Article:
Good Website Navigation Examples:

Ben Hulse Design

Ben Hulse Website Home Page

Hulse’s site is deceptively simple. The navigation bar on the Home page and the feature photograph are connected through color. Click on a link and match the “lane” color in the photograph directly below it.

I especially like where pages with photos indicate the number of pictures in that particular grouping.


Ecosimply Website Home Page

Ecosimply is not perfect. The travel from one section to another is not consistent for all navigation tabs where the green wrapper "alert" only sometimes pops up. Yes, I would like to see an scroll bar for the left-hand column of commentary, however, Ecosimply has some great, unique features I thought merit its placement in this “Good Navigation” section.

The overall design (colors, plenty of white space, lettering size, etc.) is somehow calming to me; it makes navigation around pages fairly simple. Hyperlinks are colored green to emphasize the message of the site.

Click on any large navigation tab to get a nice surprise. The information pop-up in the left column eliminates the need and time to navigate between site pages. For me, this is an exceptionally cool and welcome feature.

Other features I found useful are using images as hyperlinks in the right-hand column, and also when a blog story requires continued reading, it is marked so.

Bad Website Navigation Examples:

Maison Martin Margiela

Maison Martin Margiela

After finally getting past the “clever” (snork!) error message page (or it may be a countdown that turns into a robotic face and then counts down again...and again...), I encourage clicking the “Collections” link rather than the pictures to get a true feeling for this site. It’s amazing. This site changes daily, yet it is consistently horrible - yikes!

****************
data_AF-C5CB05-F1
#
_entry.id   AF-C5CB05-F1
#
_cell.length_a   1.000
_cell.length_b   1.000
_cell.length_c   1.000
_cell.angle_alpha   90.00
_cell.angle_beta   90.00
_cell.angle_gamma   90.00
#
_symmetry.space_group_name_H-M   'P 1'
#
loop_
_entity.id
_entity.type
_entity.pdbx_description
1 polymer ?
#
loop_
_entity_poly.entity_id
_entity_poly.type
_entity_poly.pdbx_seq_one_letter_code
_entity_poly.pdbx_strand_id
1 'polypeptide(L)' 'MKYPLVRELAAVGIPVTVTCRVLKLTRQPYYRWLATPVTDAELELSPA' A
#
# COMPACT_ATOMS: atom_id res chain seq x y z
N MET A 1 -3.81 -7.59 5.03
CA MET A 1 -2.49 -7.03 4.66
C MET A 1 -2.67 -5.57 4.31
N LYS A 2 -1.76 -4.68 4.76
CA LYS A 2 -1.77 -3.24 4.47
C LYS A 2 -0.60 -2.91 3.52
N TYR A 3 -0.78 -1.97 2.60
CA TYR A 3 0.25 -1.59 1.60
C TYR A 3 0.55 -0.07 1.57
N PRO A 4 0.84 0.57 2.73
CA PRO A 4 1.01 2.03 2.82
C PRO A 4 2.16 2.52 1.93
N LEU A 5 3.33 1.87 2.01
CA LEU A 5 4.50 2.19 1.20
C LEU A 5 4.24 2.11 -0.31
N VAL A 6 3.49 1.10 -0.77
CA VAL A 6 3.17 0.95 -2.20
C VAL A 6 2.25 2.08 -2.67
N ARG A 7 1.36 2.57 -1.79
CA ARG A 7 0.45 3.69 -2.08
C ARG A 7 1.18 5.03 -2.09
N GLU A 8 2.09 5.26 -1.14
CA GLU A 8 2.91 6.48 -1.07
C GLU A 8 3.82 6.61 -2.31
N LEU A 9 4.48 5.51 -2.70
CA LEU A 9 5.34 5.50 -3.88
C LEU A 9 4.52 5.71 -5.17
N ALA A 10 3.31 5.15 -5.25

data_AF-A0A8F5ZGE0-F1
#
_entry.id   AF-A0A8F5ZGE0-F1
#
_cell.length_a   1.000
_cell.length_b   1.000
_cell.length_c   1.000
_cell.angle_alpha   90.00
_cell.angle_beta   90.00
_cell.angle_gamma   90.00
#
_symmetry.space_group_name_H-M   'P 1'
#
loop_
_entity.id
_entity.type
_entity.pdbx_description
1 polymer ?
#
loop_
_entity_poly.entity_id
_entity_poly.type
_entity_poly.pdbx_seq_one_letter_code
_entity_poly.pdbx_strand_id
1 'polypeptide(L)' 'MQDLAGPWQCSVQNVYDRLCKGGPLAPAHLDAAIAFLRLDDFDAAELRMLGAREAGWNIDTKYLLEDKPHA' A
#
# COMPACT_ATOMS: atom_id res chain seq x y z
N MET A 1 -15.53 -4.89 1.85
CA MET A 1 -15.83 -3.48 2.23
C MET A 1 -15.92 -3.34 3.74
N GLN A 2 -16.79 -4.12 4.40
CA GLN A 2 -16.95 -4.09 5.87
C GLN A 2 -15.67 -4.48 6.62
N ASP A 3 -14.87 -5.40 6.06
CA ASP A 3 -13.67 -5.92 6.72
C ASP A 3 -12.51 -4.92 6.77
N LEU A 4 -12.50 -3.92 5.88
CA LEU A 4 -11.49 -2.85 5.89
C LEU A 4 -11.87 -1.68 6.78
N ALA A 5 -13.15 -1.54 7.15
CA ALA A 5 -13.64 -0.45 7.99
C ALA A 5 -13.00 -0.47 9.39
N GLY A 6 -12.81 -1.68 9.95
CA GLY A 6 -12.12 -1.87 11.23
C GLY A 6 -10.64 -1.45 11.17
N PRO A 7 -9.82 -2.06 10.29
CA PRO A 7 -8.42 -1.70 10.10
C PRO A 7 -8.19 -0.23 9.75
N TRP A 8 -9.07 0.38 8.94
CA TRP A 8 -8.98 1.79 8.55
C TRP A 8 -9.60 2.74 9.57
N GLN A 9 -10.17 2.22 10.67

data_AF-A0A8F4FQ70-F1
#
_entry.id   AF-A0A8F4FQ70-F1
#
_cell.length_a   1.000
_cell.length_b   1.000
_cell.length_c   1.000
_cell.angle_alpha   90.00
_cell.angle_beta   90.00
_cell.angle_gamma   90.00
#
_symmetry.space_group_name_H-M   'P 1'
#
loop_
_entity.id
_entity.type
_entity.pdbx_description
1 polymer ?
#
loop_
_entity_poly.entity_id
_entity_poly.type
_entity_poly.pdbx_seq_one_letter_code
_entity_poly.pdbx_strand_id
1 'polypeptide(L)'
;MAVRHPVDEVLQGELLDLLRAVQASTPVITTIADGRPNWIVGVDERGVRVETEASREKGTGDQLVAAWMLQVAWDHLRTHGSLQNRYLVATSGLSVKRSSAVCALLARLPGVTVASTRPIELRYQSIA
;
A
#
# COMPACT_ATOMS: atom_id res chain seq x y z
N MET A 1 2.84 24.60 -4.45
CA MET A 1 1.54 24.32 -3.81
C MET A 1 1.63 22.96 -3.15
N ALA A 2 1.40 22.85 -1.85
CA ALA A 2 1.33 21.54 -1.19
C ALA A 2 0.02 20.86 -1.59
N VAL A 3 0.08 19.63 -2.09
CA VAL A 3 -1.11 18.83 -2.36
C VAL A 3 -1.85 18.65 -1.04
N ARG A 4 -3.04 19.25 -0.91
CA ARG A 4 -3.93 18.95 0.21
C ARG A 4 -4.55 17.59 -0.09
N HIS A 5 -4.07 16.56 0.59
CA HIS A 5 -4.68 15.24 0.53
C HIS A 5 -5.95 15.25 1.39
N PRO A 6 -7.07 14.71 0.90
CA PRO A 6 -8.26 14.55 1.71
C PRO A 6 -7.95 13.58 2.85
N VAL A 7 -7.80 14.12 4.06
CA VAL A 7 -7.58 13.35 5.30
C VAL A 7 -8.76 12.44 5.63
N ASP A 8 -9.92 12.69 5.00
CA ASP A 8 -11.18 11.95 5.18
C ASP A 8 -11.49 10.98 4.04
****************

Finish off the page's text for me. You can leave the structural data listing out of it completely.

I don’t know what I was more stunned by: the fact that this couturier designer insists on dressing his female models as parade floats, or the pop-up questions requiring clicking but not leading anywhere. Nor do questions disappear after a selection has been made.

Navigation Issues:

The music has no controls when it unexpectedly, and loudly, begins playing. When the “Fragrance” link is clicked, the user is treated to a page that sometimes begins speaking in French (although this user selected English as her choice when entering the site). Click on any of the page’s links and get absolutely gorgeously shot videos! However, they say absolutely nothing, adding yet another layer of click frustration to this user.



If you possess Obsessive Compulsive Disorder and your “thing” is mouse-clicking compulsively, HBO+EMTB is the site for you.

Navigation Issues:

Click anywhere on the navigation bar of this site (a great clean look by the way) and realize you may not be in Kansas, Toto, but you’ve landed smack dab in the middle of Oz.

Site Relevance:

Once a dropdown menu appears, the user can click…click…clickety-click-click-click, ad nauseam, to reveal one beautiful picture after another, but the content information below the images doesn’t change. I like the idea of being told how many pictures there are in a group like Ben Hulse's site does. Then I get the option of passing up the mystery meat if I choose.

Navigation Clarity:

Best bet? Learn Morse code. This site will help you with your clicking techniques.

Zinc Bistro

Zinc Bistro

Another site with a beautiful look. One of things I like is the Music On/Off option at the top of the screen. Actually, I didn’t mind the music, nice enough jazz that I can go to the site and let it play while I do my homework.

The site is simple and there are actually very few places to navigate to, but they have significant impact on the site itself.

Website Navigation Issues at Zinc Bistro:

Strangely, the navigation bar is not located at the Lunch-Dinner area at the top of the page where one might expect. For some strange reason the nav bar is in the form of eggs. What the significance of this is, I don’t know. Maybe because it’s a cool app that somebody just didn't want to give up?

Eggs are ordinarily a symbol of fertility. Unless eating at Zinc Bistro is advertising Eat here and you’ll become fertile, I don’t quite understand the reasoning behind the graphic.

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